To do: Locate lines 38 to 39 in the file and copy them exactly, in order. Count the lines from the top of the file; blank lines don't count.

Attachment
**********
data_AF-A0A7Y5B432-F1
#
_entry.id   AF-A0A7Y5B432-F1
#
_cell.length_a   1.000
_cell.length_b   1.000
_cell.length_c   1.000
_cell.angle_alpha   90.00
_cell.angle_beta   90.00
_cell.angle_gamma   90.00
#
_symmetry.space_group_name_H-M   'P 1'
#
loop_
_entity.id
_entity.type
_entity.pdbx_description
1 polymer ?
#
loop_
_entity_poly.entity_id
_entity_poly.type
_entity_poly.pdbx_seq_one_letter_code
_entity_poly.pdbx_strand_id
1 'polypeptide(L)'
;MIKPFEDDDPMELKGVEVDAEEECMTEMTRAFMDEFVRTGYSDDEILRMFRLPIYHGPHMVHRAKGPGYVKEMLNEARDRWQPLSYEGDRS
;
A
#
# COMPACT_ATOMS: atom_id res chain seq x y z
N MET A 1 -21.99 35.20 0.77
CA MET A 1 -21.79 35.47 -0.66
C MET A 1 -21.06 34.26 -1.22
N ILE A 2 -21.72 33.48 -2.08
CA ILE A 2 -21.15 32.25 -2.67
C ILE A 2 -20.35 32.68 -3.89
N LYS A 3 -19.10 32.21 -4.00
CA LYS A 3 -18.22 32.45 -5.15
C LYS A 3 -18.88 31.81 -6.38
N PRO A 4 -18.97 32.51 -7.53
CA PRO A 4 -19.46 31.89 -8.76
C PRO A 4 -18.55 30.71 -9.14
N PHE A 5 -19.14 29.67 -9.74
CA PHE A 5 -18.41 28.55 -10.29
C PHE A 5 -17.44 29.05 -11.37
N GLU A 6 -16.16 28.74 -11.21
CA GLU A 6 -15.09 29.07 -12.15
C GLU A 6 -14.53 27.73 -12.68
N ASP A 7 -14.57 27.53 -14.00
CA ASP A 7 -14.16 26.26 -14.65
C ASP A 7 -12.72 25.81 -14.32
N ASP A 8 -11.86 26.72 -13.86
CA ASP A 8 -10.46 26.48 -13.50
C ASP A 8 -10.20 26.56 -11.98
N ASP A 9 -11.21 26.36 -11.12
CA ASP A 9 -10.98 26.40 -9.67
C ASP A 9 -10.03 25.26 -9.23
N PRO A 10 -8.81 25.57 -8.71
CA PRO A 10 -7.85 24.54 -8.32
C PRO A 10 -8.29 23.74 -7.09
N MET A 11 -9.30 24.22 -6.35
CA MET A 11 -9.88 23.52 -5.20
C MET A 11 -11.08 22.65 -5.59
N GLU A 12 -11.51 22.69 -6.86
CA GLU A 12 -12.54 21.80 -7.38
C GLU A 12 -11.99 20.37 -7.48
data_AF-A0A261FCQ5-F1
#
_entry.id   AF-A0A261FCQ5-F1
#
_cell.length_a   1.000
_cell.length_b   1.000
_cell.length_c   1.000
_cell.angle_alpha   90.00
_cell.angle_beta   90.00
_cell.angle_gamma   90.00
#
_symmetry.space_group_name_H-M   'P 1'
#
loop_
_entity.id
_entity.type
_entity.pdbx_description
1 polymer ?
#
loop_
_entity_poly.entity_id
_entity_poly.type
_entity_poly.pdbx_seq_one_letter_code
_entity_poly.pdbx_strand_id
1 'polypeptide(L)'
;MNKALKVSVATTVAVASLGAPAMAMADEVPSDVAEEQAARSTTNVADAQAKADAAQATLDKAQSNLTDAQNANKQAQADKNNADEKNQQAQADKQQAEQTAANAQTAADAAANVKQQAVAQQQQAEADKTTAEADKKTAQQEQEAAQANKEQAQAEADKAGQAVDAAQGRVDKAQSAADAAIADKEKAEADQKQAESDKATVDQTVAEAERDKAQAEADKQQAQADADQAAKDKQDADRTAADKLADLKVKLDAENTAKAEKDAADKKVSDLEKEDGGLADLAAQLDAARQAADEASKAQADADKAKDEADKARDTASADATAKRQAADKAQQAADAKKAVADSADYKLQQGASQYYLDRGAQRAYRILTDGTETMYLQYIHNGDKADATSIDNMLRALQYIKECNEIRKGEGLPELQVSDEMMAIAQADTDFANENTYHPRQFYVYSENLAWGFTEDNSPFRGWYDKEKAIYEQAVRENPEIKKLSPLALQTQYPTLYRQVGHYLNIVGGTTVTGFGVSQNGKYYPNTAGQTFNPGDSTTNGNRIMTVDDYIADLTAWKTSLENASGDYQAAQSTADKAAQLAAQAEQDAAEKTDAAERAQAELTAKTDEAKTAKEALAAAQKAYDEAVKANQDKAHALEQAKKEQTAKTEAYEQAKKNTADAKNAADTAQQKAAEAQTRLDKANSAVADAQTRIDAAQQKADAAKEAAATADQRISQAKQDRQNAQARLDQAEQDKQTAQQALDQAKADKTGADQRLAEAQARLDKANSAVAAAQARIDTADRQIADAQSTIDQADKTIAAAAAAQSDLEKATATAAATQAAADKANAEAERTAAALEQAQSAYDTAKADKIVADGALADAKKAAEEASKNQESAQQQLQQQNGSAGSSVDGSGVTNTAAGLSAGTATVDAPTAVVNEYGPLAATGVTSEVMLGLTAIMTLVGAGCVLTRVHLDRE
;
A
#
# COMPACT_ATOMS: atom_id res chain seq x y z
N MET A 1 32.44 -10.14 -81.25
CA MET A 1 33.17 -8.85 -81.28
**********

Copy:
CA LYS A 3 -18.22 32.45 -5.15
C LYS A 3 -18.88 31.81 -6.38